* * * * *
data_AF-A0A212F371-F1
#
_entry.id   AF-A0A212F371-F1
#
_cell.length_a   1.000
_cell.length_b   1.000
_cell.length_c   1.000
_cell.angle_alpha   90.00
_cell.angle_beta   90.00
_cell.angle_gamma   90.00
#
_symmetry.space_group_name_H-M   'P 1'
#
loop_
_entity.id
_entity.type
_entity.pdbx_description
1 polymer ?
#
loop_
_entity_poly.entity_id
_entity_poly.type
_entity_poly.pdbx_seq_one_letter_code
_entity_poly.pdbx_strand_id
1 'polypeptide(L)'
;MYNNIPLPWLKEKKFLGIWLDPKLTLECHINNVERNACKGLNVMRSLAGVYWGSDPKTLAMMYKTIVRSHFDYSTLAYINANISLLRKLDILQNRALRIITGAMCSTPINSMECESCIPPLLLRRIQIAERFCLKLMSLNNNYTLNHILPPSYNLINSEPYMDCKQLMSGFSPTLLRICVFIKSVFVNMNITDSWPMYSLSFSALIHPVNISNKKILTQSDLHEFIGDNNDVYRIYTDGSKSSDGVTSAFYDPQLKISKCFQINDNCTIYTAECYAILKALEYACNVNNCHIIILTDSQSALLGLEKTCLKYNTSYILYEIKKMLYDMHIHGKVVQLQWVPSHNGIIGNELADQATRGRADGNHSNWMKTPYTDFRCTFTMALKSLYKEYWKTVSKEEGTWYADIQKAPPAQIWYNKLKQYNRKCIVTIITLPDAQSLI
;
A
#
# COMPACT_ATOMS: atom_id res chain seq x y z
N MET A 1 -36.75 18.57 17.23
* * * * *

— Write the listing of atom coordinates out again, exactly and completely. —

data_AF-A0A212F371-F1
#
_entry.id   AF-A0A212F371-F1
#
_cell.length_a   1.000
_cell.length_b   1.000
_cell.length_c   1.000
_cell.angle_alpha   90.00
_cell.angle_beta   90.00
_cell.angle_gamma   90.00
#
_symmetry.space_group_name_H-M   'P 1'
#
loop_
_entity.id
_entity.type
_entity.pdbx_description
1 polymer ?
#
loop_
_entity_poly.entity_id
_entity_poly.type
_entity_poly.pdbx_seq_one_letter_code
_entity_poly.pdbx_strand_id
1 'polypeptide(L)'
;MYNNIPLPWLKEKKFLGIWLDPKLTLECHINNVERNACKGLNVMRSLAGVYWGSDPKTLAMMYKTIVRSHFDYSTLAYINANISLLRKLDILQNRALRIITGAMCSTPINSMECESCIPPLLLRRIQIAERFCLKLMSLNNNYTLNHILPPSYNLINSEPYMDCKQLMSGFSPTLLRICVFIKSVFVNMNITDSWPMYSLSFSALIHPVNISNKKILTQSDLHEFIGDNNDVYRIYTDGSKSSDGVTSAFYDPQLKISKCFQINDNCTIYTAECYAILKALEYACNVNNCHIIILTDSQSALLGLEKTCLKYNTSYILYEIKKMLYDMHIHGKVVQLQWVPSHNGIIGNELADQATRGRADGNHSNWMKTPYTDFRCTFTMALKSLYKEYWKTVSKEEGTWYADIQKAPPAQIWYNKLKQYNRKCIVTIITLPDAQSLI
;
A
#
# COMPACT_ATOMS: atom_id res chain seq x y z
N MET A 1 -36.75 18.57 17.23